Genesis 29:1 - 35
ESV - 1 Then Jacob went on his journey and came to the land of the people of the east. 2 As he looked, he saw a well in the field, and behold, three flocks of sheep lying beside it, for out of that well the flocks were watered. The stone on the well's mouth was large.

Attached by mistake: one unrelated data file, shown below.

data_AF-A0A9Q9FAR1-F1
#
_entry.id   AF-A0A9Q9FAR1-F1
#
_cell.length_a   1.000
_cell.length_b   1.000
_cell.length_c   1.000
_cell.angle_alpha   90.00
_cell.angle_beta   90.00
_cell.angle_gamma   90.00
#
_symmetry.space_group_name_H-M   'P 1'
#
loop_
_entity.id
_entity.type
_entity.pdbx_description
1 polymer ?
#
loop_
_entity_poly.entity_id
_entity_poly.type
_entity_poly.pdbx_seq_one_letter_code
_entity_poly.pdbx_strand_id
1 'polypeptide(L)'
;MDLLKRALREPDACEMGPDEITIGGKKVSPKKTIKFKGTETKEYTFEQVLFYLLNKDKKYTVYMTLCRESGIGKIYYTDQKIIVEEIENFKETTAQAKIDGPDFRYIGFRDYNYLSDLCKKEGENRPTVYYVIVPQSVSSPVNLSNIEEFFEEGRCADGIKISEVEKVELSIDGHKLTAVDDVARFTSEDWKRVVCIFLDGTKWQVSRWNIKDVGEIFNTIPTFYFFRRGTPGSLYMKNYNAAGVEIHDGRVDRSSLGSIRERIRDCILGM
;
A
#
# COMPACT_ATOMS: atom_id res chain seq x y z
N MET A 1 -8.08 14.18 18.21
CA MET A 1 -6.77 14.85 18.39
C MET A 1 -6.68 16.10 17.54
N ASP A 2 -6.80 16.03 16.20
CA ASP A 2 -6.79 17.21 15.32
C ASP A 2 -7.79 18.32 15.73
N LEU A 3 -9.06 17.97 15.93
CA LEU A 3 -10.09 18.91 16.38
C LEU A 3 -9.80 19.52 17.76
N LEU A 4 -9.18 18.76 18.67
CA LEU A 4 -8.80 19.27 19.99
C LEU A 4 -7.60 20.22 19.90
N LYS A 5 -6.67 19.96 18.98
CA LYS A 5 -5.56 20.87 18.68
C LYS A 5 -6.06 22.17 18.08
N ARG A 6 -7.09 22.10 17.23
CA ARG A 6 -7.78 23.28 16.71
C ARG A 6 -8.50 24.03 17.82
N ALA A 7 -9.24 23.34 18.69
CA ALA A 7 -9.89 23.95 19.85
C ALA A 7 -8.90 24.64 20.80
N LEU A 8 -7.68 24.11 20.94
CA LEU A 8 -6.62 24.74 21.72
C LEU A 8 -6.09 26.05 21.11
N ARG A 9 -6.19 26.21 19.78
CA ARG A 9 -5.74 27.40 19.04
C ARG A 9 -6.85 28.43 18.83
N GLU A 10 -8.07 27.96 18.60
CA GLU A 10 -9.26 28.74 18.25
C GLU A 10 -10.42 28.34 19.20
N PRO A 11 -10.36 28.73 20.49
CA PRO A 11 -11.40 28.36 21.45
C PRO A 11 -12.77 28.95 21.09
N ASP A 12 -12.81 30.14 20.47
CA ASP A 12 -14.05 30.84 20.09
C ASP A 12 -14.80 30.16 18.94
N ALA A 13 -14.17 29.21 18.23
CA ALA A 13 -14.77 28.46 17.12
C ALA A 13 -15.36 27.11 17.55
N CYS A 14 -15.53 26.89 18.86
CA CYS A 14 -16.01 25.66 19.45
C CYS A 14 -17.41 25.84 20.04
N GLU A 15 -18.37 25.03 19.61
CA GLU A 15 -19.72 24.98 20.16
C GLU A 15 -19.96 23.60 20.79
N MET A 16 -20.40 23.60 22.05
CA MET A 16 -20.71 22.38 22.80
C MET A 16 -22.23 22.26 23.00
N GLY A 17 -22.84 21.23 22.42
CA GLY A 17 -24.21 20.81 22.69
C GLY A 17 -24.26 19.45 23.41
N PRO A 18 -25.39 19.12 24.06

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As indicated in the passage cited in the question, Judah was the fourth of Jacob's twelve sons, and the progenitor of the Israelite tribe that bears his name. His mother was Jacob's wife Leah (who was also Jacob's cousin, since she was the daughter of Laban, who was the brother of Jacob's mother Rebekah). Judah's name means "praise", since, when he was born, his mother Leah said (in Genesis 29:35) that she would praise the Lord because of his birth. Years later, when Jacob's sons had grown to adulthood, they became jealous of their brother/half-brother Joseph because of the favoritism that Jacob showed to Joseph. They initially plotted to kill Joseph, but Judah persuaded them to sell Joseph into slavery in Egypt, rather than being guilty of shedding his blood (Genesis 37:12-28). However, they falsely told their father Jacob that Joseph had been killed by a wild animal. Judah is then extensively discussed in Genesis 38. He married a Canaanite woman (not an Israelite), and she gave birth to three sons (Er, Onan, and Shelah). God slew Er because of his wickedness. According to custom, Onan should have then married Er's widow (named Tamar) and had children with her on Er's behalf. However, Onan did not want to have children with her that would not be considered his heirs. He therefore refused to impregnate her, whereupon God slew him also. Jacob was then afraid to have Shelah marry Tamar because of fear that God would kill Shelah, also. Tamar therefore disguised herself as a harlot, and tricked Judah into having sexual relations with her and making her pregnant. When it was discovered that she was pregnant, Judah wanted to have her burned to death for what was apparently her fornication. However, she was able to prove that Judah was the father of her baby, whereupon Judah admitted his paternity, and said that the blame was his for having refused to allow Tamar to marry Shelah. Tamar then gave birth to twins for Judah, who were named Perez and Zerah. Several years later, when there was a famine in the land, and Jacob sent his sons (except for Benjamin, his youngest son and Joseph's full brother) down to Egypt to get grain for the family, Joseph (who by that time had risen to be second only to the Egyptian Pharaoh as the ruler of Egypt) told his brothers (who did not recognize him) to get Benjamin and bring him down also as a condition of helping them. Jacob was extremely reluctant to let Benjamin go down, but Judah said that he would personally guarantee Benjamin's safety. Joseph gave his brothers grain, but then placed a silver goblet in Benjamin's sack, and accused Benjamin of having stolen it. Joseph said that Benjamin must remain in Egypt, but Judah pleaded with Joseph, and offered to remain in Egypt in place of Benjamin, so that Jacob would not die from grief as a result of thinking that he had lost both Joseph and Benjamin, whereupon Joseph finally revealed his true identity to his brothers/half-brothers. That is the last specific mention of Judah during his lifetime. However, much later, David (who was descended from Judah through his son Perez) became Israel's king, and thus Jesus (who was descended from David through both His mother and his earthly father) was also a member of the tribe that Judah founded. (The descent of the Messiah (that is, Jesus) from Judah is first mentioned in Genesis 49:10, in a prophecy made by Jacob on his deathbed.) (Judah is also specifically mentioned in the genealogies of Jesus contained in the gospels of Matthew and Luke.) Many generations after David, the tribes of Judah and Benjamin were the only two of Israel's twelve tribes to escape being taken into captivity by the Assyrians, and thus "lost" to subsequent history. The tribes of Judah and Benjamin instead went into exile in Babylon, and did not return to Palestine until seventy years later. Judah also lent his name (through the word "Jew") to a designation applying to all the adherents of the Jewish faith
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